Fortunately, this month £1.2million in funding has been announced by the UK government for a scheme that intends to highlight these problems and provide a source of protection for these vulnerable girls. The scheme involves a network of advocates that will work in areas most affected by gangs and form a support network for those affected by this type of abuse. I am all for this scheme targeting young people before they decide to enter into the gang world; all too often programmes such as this are aimed too late and it is very difficult for the young people to extricate themselves from that world. Not only should this scheme help in deterring young girls from becoming involved in gangs, I  hope that it succeeds in re-educating the young male minds into viewing women more than mere sexual objects. 

-Emma Hatherall
Junior Girl
Girl Museum Inc.

Sunday, February 26, 2012

Sex Education

Please visit for the full sized version.

Young people have sex. 
This is a non-partisan fact.
What to think, believe or do about it seems to make everyone go crazy.
Young people should be informed about sex.

Ignorance about sex leads to a multitude of problems that effect everyone—from the spread of disease to unwanted pregnancies to sexual exploitation and trafficking. And girls bear the brunt of all of these.

It is the parents’ job to provide information to their children because they are their responsibility. Yet confused cultural conditioning has made talking about sex too uncomfortable or taboo for many parents and an all-too-willing, all-too-invasive media has stepped in to fill the gap. And this has just made matters worse.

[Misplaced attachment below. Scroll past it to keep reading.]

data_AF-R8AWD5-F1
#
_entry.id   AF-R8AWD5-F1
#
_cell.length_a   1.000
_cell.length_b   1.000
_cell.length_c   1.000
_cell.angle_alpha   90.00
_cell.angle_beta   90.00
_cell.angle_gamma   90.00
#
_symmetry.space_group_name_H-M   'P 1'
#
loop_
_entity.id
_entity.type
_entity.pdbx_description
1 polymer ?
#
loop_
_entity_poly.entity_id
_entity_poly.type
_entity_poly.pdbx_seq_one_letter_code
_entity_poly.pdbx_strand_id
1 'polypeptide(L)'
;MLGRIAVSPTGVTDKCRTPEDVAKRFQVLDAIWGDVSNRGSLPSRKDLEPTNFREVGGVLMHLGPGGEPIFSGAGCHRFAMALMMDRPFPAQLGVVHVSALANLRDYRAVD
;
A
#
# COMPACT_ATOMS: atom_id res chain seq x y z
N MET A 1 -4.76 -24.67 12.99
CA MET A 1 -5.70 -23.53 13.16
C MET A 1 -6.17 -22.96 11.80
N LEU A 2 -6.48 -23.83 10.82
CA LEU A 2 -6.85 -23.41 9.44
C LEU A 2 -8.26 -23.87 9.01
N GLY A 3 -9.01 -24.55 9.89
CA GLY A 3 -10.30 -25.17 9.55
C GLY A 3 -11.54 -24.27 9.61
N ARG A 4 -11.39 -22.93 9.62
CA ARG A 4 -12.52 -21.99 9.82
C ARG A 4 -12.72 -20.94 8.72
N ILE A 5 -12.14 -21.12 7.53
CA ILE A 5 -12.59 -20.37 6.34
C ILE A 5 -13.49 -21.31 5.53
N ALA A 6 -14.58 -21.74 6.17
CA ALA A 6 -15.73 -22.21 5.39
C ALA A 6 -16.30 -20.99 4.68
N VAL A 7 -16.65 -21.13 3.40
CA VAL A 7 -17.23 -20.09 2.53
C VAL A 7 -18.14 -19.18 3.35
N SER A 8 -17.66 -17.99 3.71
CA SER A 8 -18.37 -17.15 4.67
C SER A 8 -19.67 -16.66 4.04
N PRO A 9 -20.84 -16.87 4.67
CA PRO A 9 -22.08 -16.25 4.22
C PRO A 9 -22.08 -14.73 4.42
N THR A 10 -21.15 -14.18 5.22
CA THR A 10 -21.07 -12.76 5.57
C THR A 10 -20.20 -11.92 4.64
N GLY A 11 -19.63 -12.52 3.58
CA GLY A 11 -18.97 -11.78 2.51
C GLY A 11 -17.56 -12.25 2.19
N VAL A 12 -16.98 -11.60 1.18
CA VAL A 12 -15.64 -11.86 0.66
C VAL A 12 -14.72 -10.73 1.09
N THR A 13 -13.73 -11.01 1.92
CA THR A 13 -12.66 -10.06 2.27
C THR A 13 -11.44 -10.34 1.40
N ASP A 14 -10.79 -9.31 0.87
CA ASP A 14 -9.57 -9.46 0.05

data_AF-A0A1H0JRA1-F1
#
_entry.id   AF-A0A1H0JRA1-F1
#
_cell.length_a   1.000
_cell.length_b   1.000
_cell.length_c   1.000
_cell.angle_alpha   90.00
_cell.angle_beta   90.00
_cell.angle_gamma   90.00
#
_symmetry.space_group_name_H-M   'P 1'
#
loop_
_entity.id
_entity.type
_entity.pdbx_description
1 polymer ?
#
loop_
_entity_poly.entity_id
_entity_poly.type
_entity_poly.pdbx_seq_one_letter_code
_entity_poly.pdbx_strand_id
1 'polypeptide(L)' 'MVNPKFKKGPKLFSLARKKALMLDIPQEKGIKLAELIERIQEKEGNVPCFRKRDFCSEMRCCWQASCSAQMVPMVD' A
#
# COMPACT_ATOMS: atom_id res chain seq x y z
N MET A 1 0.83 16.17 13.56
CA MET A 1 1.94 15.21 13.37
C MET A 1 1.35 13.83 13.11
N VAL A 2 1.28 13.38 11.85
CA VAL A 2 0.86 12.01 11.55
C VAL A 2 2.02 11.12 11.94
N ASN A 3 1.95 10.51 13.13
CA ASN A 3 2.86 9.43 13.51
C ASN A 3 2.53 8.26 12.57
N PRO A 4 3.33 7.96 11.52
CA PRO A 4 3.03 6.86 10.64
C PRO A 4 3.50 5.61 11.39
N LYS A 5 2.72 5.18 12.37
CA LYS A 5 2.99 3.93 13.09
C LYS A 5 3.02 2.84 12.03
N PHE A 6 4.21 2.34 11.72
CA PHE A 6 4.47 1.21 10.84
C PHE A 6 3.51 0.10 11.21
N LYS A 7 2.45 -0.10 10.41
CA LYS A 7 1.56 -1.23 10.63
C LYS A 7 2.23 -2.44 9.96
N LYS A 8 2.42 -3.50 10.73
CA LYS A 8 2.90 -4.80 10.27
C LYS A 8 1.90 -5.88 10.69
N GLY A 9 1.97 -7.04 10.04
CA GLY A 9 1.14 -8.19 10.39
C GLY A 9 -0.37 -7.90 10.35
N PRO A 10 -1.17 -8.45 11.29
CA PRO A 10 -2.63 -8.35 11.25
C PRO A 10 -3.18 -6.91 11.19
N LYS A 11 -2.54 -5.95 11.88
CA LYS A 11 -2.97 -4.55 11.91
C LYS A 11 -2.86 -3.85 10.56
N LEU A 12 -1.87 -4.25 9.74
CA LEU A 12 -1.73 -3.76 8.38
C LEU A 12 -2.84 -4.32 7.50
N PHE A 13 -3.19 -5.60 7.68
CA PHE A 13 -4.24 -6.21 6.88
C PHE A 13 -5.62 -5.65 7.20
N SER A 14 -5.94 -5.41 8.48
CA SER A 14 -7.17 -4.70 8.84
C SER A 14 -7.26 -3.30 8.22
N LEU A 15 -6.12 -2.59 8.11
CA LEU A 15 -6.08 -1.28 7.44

Learning about sex and its far-reaching consequences is important for all young people, especially girls, who expect to have any kind of prosperous future.

Let’s just move through the mixed messages and deal with realities—sex education in schools is for the public good.

Thanks for the graphic Greg!

-Ashley E. Remer
Head Girl 
Girl Museum Inc.

Friday, February 24, 2012

The Golden Girl

Defying it all to win gold
Photo: AFP

Hassiba Boulmerka is a legend in her native country. Two decades earlier this summer, at the 1992 Barcelona Olympics, Boulmerka became the first ever sportsperson to win Olympic gold for Algeria. Her achievement showed women everywhere that they could overcome prejudice to achieve their goals. Algeria at this time was suffering from a rise in Islamist militancy, and some radicals believed that "the racetrack was not the right place for a woman."  Boulmerka was the fourth of seven children and began running seriously in 1978, when she was ten years old. Her big breakthrough came in Tokyo in 1991 when she won the 1500m at the World Championships and became known as the "Constantine gazelle."